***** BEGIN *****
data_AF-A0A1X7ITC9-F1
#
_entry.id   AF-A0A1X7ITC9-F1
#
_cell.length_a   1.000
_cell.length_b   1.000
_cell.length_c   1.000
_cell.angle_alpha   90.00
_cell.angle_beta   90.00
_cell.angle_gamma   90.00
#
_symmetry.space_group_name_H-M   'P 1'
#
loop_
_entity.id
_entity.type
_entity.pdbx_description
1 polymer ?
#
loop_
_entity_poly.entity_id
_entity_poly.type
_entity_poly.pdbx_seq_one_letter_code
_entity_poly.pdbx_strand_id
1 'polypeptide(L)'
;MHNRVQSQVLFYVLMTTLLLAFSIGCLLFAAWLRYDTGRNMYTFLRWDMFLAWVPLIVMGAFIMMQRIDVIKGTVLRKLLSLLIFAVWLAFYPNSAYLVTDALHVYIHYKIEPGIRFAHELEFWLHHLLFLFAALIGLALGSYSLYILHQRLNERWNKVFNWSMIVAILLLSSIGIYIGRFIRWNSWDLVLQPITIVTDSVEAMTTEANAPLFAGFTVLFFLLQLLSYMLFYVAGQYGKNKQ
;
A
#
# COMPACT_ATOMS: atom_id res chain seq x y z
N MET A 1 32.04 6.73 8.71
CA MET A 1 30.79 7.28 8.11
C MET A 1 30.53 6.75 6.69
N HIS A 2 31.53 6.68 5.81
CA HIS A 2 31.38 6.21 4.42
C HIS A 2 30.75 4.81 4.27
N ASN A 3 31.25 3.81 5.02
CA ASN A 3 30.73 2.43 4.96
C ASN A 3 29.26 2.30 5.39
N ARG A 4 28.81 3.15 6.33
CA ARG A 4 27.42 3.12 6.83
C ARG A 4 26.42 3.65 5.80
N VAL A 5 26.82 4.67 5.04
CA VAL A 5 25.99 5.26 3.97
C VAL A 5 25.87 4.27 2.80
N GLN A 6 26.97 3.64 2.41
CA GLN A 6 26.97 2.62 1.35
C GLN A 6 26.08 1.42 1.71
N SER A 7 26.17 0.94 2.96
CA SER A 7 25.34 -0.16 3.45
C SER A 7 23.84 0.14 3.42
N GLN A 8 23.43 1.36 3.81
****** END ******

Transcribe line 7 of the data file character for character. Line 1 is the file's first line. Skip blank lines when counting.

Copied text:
_cell.length_c   1.000